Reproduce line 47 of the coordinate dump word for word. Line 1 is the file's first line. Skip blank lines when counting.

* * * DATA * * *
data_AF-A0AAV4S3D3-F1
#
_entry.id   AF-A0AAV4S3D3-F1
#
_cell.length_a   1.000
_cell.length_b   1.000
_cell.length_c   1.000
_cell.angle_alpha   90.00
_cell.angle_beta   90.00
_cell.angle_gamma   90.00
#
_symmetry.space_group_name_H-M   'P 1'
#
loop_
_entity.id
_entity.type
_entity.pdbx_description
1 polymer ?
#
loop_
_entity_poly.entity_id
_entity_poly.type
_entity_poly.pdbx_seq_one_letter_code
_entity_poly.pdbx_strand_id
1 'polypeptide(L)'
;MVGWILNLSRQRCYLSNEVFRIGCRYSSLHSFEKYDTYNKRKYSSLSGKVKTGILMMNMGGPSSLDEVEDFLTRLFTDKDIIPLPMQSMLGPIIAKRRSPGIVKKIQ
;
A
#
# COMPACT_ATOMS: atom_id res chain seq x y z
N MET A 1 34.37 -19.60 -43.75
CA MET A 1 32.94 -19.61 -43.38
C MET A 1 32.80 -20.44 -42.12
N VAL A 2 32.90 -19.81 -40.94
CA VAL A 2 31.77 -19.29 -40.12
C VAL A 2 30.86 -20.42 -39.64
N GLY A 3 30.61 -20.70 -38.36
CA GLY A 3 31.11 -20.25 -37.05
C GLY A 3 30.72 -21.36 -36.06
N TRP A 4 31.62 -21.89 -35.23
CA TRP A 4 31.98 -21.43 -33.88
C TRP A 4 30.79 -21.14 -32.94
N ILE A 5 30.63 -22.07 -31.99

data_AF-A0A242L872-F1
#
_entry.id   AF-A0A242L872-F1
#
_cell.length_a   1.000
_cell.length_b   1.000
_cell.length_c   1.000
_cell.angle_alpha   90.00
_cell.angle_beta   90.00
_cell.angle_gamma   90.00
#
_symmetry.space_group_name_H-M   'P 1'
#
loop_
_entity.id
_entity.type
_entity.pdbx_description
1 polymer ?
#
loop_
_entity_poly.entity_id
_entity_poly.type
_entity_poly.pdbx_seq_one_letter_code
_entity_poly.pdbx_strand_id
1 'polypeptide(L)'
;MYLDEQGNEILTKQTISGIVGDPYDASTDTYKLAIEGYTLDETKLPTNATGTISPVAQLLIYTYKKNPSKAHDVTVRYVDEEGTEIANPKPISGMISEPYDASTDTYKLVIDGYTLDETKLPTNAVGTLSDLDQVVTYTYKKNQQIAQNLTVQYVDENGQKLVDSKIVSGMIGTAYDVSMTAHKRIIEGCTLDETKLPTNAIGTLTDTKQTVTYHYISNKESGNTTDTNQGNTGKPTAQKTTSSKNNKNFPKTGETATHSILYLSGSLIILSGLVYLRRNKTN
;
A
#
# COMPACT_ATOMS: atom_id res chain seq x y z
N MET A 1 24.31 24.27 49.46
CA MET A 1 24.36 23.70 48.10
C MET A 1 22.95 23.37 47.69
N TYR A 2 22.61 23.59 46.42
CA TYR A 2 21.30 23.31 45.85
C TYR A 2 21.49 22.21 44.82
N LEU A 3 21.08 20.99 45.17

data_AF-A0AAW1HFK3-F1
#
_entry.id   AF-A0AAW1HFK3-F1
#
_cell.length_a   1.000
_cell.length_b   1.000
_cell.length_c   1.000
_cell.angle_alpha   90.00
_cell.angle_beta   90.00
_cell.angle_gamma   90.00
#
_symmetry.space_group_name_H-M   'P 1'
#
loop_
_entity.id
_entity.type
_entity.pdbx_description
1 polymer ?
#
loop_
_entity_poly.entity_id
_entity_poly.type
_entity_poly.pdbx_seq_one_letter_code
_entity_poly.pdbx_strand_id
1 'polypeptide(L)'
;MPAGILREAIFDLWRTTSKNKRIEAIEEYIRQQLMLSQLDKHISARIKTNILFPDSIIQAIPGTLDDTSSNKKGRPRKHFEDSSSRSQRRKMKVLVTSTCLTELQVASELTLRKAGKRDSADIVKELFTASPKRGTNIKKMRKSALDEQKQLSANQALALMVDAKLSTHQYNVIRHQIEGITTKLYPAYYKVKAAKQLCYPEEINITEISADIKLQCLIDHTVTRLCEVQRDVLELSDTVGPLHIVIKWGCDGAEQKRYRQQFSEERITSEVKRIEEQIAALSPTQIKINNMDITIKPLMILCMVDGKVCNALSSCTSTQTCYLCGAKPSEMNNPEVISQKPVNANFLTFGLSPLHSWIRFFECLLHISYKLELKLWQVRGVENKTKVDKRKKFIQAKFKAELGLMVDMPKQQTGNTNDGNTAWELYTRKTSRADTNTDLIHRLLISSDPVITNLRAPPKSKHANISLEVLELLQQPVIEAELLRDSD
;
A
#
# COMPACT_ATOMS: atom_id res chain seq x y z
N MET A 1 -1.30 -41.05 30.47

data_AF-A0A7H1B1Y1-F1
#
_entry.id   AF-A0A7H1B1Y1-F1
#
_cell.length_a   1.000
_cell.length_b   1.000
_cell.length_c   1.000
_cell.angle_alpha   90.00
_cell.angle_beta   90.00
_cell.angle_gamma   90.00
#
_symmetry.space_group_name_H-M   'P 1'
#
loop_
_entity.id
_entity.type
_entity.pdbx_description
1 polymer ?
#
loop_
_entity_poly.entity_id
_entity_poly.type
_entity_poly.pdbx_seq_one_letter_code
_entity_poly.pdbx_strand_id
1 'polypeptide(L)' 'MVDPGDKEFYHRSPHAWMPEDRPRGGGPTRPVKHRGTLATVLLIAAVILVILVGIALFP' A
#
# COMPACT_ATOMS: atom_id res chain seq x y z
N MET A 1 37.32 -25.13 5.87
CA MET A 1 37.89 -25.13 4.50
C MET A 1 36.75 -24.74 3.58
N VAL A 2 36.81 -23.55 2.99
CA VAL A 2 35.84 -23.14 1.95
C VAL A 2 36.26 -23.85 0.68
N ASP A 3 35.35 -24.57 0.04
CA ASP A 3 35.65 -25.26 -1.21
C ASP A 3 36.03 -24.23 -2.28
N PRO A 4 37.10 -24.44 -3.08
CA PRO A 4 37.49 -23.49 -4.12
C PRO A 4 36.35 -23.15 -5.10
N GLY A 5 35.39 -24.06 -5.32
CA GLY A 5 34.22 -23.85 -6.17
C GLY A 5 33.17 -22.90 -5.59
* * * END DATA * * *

#